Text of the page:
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Group tasked to help Penticton's most vulnerable finding initial success

November 26, 2018 - 5:08 PM

PENTICTON - Penticton RCMP say the city’s new social initiative aimed at helping those with an elevated risk of vulnerability in the community has already had some successful outcomes.

The Community Active Support Table held its first meeting in July, following receipt of a $50,000 grant from the province to get it up and running. The group has no operating budget, relying on the efforts of those involved to keep it going.

The support table provides a forum for police, education, children, housing and health ministries, city community agencies and other stakeholders to meet once weekly in a collective partnership aimed at identifying vulnerable residents and getting them the help they need.

Penticton RCMP Supt. Ted De Jager says the group has dealt with 18 situations so far with “quite a bit of success.”

“It doesn’t necessarily get people off the street,” De Jager says, adding the program is exactly like the one being recommended to the City of Kelowna by former Kelowna RCMP Supt. Bill McKinnon in a report on improving public safety.

De Jager says the program doesn’t always work, mainly due to the fact some people might not be interested in help.

He says those homeless people who are currently finding a roof over their heads at the city’s emergency shelters aren’t considered at elevated risk now, but will be when those shelters close in the spring.

“We’ll then have more homeless, but by that time hopefully the Winnipeg Street housing development is up and running,” he says.

The successful outcome of several situations by the Penticton group hasn’t been restricted to homeless issues. De Jager says they have also come to the aid of some of the city’s youth at elevated risk.

“It’s working. Everybody who needs to be together is together at those meetings,” he says, adding those cases have been mitigated by everyone around that table, because they are together and able to talk to one another.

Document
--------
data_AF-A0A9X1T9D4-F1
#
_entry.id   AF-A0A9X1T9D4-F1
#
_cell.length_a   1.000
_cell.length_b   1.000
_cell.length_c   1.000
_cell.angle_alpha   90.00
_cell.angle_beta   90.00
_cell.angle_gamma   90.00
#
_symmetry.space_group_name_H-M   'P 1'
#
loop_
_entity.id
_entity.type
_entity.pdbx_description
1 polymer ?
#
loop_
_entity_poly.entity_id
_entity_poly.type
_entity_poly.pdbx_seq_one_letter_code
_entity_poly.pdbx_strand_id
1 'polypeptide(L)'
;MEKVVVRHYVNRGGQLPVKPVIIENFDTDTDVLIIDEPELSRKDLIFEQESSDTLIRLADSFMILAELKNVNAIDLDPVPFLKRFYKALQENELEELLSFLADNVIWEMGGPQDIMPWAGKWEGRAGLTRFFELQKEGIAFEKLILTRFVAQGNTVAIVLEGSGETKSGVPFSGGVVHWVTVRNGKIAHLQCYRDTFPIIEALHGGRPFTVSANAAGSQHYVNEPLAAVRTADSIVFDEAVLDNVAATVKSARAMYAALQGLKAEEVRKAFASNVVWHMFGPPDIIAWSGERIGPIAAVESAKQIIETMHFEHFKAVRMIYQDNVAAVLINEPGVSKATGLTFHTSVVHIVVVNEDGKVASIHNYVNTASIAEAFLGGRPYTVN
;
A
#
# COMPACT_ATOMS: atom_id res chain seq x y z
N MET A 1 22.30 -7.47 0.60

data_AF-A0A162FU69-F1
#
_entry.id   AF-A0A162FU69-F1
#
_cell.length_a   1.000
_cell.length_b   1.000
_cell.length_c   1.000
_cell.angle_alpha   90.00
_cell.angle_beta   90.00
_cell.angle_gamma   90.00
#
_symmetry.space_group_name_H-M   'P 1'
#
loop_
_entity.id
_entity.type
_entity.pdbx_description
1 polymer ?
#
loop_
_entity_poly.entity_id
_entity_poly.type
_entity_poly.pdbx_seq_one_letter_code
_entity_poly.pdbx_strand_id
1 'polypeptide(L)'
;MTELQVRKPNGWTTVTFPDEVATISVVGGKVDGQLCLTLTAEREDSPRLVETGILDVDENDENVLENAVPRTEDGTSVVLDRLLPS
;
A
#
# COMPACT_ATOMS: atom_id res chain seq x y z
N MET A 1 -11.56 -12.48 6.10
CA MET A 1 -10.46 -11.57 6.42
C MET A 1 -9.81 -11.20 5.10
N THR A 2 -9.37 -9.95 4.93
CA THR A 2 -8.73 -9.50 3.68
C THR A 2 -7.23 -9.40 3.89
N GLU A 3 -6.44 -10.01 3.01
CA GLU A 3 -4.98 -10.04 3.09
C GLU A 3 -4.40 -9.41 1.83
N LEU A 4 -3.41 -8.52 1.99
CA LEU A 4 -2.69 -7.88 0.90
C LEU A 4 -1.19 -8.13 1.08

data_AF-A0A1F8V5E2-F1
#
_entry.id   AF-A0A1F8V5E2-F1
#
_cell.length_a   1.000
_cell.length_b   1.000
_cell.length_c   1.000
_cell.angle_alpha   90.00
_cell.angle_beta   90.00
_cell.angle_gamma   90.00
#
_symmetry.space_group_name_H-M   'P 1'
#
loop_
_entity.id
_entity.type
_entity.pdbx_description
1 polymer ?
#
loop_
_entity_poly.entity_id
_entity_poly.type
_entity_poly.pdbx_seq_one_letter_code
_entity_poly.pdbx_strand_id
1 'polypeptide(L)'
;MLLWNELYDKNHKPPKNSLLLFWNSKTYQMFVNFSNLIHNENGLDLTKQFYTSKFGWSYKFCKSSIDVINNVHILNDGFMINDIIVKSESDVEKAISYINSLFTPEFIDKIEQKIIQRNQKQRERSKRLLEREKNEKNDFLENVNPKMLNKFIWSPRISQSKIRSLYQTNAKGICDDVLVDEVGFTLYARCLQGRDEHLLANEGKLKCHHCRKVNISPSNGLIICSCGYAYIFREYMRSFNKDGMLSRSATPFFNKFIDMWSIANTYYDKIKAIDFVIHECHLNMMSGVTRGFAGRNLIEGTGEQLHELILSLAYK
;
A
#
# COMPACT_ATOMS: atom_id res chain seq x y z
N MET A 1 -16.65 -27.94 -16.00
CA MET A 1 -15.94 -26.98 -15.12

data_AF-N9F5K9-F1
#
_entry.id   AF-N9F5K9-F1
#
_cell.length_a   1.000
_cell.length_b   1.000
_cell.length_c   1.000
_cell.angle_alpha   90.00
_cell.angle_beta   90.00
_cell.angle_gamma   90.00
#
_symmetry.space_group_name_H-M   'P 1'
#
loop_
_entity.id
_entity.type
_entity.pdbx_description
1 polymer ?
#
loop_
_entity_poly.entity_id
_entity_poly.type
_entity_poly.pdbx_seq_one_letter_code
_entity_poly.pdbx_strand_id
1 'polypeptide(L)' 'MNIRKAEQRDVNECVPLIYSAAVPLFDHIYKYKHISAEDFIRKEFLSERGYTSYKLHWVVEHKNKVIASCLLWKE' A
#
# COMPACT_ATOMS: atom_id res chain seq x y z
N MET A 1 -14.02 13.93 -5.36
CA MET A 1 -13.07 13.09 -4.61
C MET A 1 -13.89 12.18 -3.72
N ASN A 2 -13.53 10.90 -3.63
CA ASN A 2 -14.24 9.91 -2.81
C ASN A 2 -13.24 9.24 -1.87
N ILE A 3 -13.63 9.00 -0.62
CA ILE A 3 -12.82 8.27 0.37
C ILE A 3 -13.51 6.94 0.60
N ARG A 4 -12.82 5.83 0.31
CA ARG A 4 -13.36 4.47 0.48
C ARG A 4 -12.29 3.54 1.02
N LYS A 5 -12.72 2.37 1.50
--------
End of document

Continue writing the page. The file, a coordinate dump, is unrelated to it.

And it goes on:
De Jager says any agency can bring a situation forward and action is immediate.

“The whole mandate is, 24 to 48 hours there’s a solution on the table, and we’re sending someone out to deal with it. It’s quick and integrated compared to the old system of all of us going back to our individual desks,” he says.

Penticton RCMP spokesperson Const. James Grandy says the school board recently brought a youth situation to the group, not knowing what to do about the issue.

“They needed outside help, including the police, and they didn’t know who to talk to… due to this table, they are able to get that, thanks to everyone sitting at the table,” Grandy says, noting it’s not just the police but all community groups who are represented.

An academic review of the support table’s success is planned after the table’s first year of operations. Grandy says the police can quantify their success through statistics, but it might not be so easy for other groups sitting at the table.

De Jager said the support table’s work will be subject to an academic review, most likely by one of the province’s universities.

To contact a reporter for this story, email Steve Arstad or call 250-488-3065 or email the editor. You can also submit photos, videos or news tips to the newsroom and be entered to win a monthly prize draw.

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